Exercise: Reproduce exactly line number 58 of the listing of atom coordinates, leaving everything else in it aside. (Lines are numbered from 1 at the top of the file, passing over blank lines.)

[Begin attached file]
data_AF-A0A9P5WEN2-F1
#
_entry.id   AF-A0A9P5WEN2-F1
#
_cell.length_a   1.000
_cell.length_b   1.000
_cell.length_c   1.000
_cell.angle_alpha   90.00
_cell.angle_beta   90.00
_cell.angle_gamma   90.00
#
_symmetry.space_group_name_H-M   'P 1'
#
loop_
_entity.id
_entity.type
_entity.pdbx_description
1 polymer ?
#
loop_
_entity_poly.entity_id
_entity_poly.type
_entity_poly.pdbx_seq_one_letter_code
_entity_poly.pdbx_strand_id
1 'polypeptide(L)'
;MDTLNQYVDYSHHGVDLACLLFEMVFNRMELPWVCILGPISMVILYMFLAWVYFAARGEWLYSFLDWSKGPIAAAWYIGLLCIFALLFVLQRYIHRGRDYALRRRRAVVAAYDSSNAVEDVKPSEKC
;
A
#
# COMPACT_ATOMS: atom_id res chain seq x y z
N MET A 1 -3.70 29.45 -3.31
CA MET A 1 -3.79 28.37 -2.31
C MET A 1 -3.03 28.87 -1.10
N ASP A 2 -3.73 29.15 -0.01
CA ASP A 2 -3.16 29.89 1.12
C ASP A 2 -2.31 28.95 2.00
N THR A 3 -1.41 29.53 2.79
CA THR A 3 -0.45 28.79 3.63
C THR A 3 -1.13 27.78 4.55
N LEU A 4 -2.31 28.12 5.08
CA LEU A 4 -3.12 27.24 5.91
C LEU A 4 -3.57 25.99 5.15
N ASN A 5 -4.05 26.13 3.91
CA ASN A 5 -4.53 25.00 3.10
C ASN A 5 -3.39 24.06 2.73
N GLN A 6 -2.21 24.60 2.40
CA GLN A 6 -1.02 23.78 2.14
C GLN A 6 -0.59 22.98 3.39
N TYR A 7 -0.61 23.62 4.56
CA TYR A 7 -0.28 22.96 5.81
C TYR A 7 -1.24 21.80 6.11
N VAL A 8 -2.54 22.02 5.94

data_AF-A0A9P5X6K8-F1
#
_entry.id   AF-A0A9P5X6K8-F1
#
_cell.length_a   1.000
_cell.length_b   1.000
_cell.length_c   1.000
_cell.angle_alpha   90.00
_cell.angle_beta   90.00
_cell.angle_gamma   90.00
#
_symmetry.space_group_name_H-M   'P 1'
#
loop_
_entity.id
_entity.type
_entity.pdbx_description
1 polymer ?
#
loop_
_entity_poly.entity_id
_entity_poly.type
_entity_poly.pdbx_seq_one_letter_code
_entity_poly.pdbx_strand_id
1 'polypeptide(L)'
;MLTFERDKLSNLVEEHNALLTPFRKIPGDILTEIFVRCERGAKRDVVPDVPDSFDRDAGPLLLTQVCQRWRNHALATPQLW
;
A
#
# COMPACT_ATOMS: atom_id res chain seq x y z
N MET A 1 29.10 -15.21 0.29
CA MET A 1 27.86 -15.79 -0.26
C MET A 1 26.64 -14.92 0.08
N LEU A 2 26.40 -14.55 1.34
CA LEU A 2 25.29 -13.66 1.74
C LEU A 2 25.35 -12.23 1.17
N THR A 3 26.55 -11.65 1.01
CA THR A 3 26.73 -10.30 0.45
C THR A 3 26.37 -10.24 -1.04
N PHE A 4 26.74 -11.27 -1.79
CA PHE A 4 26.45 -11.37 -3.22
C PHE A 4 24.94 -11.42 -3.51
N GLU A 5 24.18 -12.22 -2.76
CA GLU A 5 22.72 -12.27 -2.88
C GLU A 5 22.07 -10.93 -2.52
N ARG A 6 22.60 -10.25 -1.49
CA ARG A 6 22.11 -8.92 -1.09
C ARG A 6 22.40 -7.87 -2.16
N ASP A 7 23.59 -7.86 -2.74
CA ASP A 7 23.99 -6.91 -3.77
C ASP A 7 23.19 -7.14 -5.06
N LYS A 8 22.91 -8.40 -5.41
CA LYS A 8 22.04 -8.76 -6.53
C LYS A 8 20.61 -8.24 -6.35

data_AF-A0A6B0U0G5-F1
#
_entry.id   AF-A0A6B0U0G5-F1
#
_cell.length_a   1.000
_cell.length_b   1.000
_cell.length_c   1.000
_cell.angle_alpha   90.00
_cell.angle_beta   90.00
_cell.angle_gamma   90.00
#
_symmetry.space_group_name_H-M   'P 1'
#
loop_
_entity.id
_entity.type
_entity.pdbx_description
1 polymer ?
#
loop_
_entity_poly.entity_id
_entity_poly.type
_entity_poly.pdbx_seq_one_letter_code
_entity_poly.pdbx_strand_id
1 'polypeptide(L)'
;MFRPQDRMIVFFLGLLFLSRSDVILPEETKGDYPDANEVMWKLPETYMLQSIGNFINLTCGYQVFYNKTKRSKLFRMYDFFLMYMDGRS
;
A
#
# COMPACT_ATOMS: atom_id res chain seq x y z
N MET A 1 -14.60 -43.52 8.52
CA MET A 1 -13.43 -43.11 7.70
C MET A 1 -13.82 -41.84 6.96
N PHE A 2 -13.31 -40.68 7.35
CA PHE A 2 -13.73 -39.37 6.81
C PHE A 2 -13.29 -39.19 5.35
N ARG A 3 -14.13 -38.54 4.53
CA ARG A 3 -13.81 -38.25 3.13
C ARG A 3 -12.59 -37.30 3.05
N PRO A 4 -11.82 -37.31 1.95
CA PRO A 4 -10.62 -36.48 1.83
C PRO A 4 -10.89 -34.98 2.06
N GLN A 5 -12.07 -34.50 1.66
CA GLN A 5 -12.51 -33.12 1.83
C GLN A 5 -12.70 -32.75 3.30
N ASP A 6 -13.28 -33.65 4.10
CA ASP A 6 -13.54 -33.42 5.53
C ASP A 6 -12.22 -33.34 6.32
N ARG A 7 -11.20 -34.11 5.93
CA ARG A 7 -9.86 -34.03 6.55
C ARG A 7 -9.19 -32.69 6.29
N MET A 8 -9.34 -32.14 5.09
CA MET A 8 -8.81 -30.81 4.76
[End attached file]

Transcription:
_cell.length_b   1.000